Tag: Black Lives Matter

Democrats Are Desperate

 

The political rhetoric is heating up. Lies, distortions, and accusations have reached a new high. The Democrats are beginning to realize that their confidence about winning seats in the midterms this year may not be so certain. And they’ve moved beyond being concerned. They are desperate.

In looking at the following information, you’ll benefit by looking at it not through Conservative eyes, but through the eyes of the Left. You can be sure that their media pundits will disclaim the effects that I’m predicting. But the Democrats would be remiss if they didn’t at least consider that they may be in trouble in November.

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I hardly know how to use this material, between reactions of hilarity and despondency. But I thought it might make a nice challenge here. It appears that Black Lives Matter has come down from the mountain and issued 10 new commandents (for white people). I wasn’t aware of this and I’m not sure how “official” […]

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In any nonviolent campaign there are four basic steps: collection of the facts to determine whether injustices exist; negotiation; self purification; and direct action. – Martin Luther King, 16 April, 1963 It might be the engineer/manager in me, but a good framework helps accomplish the goal. The injustices – are they valid? Negotiate with the people […]

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Victor Davis Hanson explains how identity politics threatens to undue America’s standing as one of history’s few successful multi-ethnic societies.

The Proletariat Is Getting Counter-Revolutionary

 

This piece in the Atlantic is a very good read. Reed College, in Portland, OR, has endured 13 months of outrage over Humanities 110, the college’s signature humanities course. In the course, students are trained to engage in critical reading of various ancient works from the perspective of different disciplines. A group of snowflakes formed themselves into “Reedies against Racism” in response to a call to protest police violence against blacks. Of the list of demands, one was reforming Hum 110.

But for RAR, Hum 110 is all about oppression. “We believe that the first lesson that freshmen should learn about Hum 110 is that it perpetuates white supremacy—by centering ‘whiteness’ as the only required class at Reed,” according to a RAR statement delivered to all new freshmen. The texts that make up the Hum 110 syllabus—from the ancient Mediterranean, Mesopotamia, Persia, and Egypt regions—are “Eurocentric,” “Caucasoid,” and thus “oppressive,” RAR leaders have stated. Hum 110 “feels like a cruel test for students of color,” one leader remarked on public radio. “It traumatized my peers.”

Do Black Lives Matter?

 

Black lives ought to matter; and, in my opinion, they once did. They once mattered a great deal. Not long after he became mayor in New York City, Rudy Giuliani introduced a new method of policing that concentrated resources where there was a plethora of crime. It resulted in a dramatic decline in the murder rate, and Newt Gingrich and Bill Clinton took notice and poured federal money into similar policing reforms. African-Americans living in rough neighborhoods were the intended beneficiaries, and they benefited a great deal.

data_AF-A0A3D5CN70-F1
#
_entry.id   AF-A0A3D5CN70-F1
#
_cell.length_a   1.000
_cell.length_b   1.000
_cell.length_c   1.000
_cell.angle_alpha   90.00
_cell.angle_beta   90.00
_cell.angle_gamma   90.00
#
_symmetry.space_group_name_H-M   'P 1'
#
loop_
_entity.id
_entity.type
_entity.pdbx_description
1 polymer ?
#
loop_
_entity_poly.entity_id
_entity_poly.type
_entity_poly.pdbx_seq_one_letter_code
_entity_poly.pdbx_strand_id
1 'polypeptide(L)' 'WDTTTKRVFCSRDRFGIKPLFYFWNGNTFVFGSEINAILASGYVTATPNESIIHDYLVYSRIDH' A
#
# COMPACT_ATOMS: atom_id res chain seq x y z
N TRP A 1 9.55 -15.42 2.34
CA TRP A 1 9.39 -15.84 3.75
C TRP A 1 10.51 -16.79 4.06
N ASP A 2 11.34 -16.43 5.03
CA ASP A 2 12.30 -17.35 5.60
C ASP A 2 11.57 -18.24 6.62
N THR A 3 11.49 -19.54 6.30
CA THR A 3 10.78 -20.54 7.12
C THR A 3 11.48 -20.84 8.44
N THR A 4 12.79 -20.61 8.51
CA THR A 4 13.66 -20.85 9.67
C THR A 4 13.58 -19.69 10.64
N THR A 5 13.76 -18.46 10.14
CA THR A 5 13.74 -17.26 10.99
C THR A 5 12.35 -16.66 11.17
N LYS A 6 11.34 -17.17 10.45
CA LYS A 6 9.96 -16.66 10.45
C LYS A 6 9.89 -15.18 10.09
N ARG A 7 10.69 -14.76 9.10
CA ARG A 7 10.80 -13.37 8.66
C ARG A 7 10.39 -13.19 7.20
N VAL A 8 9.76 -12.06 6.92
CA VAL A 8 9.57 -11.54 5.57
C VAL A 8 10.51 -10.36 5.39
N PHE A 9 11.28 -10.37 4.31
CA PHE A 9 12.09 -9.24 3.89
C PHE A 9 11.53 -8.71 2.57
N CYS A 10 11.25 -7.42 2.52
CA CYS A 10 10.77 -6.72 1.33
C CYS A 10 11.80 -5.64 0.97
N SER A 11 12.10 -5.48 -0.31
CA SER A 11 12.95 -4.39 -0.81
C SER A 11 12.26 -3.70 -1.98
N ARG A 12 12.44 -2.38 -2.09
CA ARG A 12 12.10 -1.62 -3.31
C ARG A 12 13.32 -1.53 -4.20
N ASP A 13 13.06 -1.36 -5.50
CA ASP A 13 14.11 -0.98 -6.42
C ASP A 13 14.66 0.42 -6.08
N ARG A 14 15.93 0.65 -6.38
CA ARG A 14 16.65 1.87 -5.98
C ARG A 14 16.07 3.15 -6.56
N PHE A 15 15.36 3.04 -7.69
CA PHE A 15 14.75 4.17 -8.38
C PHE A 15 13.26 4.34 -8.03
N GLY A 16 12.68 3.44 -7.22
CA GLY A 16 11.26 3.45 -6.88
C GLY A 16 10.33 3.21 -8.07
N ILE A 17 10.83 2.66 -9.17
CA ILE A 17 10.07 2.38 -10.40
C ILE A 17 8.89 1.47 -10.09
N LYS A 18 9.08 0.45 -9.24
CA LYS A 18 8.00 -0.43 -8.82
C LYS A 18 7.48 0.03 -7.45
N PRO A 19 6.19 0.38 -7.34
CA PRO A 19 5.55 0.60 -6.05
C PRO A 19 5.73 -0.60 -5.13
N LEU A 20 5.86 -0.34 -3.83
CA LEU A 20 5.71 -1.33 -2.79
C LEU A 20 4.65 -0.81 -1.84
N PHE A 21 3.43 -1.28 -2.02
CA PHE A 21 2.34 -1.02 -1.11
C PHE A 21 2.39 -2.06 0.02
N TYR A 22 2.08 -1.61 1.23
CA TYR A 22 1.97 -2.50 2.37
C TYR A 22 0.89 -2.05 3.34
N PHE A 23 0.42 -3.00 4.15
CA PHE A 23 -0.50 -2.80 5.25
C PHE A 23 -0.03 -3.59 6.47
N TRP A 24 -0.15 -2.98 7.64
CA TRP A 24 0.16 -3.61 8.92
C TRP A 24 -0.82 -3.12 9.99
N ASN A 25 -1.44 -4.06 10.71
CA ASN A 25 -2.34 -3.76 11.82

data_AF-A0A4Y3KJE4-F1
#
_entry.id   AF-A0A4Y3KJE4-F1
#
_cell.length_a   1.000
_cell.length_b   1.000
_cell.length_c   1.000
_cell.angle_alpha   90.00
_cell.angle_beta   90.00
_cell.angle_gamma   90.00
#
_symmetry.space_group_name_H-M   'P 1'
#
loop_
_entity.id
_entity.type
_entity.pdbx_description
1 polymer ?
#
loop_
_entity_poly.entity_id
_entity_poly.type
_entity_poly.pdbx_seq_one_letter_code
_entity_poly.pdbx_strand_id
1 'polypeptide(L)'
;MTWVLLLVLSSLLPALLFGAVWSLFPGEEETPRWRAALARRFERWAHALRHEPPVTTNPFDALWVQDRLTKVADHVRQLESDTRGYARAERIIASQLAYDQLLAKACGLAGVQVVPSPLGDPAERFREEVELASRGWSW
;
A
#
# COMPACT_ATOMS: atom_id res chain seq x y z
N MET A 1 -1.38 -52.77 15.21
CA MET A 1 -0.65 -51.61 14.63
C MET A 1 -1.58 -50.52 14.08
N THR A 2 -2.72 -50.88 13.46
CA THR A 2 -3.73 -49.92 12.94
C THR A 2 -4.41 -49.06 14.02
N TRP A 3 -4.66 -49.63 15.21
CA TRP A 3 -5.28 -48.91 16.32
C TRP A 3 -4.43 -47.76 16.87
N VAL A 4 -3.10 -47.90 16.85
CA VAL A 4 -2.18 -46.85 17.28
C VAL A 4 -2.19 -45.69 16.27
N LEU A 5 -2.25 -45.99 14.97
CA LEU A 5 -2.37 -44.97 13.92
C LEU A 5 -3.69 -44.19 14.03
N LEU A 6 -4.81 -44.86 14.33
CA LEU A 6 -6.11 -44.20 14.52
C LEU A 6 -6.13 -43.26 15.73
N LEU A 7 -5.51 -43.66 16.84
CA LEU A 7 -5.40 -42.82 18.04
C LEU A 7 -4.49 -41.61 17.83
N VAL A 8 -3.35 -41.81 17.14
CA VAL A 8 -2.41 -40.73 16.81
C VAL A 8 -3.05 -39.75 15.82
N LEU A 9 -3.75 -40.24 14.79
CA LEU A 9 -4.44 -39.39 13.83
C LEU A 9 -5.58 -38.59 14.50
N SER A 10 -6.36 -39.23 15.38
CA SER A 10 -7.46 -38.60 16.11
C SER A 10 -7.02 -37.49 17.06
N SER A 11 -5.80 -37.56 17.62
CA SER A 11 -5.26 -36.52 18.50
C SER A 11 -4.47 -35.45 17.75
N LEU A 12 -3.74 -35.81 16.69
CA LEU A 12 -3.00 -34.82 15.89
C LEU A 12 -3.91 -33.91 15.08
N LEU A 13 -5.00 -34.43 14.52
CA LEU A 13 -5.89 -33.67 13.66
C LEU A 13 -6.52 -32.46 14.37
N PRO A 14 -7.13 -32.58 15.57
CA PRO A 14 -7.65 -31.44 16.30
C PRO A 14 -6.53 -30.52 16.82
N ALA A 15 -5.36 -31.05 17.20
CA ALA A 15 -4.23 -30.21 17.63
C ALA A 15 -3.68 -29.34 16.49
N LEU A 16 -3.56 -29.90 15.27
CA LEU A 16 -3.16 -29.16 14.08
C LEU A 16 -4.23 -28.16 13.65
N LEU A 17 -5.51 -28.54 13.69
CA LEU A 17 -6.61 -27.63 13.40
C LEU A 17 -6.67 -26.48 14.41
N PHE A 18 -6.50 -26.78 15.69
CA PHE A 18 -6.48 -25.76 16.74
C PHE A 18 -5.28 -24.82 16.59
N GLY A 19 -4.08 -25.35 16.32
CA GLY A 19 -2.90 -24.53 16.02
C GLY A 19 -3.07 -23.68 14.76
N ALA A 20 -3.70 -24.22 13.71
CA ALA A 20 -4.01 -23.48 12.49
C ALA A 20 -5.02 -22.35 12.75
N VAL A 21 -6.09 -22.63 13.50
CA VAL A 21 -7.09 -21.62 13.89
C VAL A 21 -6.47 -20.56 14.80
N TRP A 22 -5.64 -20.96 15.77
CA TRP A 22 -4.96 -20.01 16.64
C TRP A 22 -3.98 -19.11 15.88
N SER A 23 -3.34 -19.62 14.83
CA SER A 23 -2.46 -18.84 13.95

But those days are long gone, and I do not believe that black lives much matter now. They did not matter to Barack Obama, Eric Holder, the members of the Congressional Black Caucus, the white radical who passed as black and founded Black Lives Matter, and to George Soros who funded the outfit. These folks were perfectly prepared to do a number on America’s African-American community and to put their lives at greater risk for the purpose of mobilizing them as a political force.

To grasp what is going on, one need only look at the data — which Heather Mac Donald did a week ago today in a brief squib posted on the website of City Journal. Here is what she wrote:

Victor Davis Hanson critiques the recent wave of national anthem protests in the NFL, explains why the league’s activism can’t be squared with the way it actually does business, and considers the importance of politics-free zones in American life.

Heather Mac Donald joins Brian Anderson to discuss the state of policing today, the “Ferguson Effect,” former FBI director James Comey’s defense of proactive policing, and the recent protests against conservative speakers on college campuses.

Since the fatal shooting of Michael Brown in Ferguson, Missouri on August 9, 2014, public discussion about police and the criminal justice system has reached a fever pitch: activists claim that policing is inherently racist and discriminatory, while supporters say that public pressure has caused officers to disengage from proactive policing.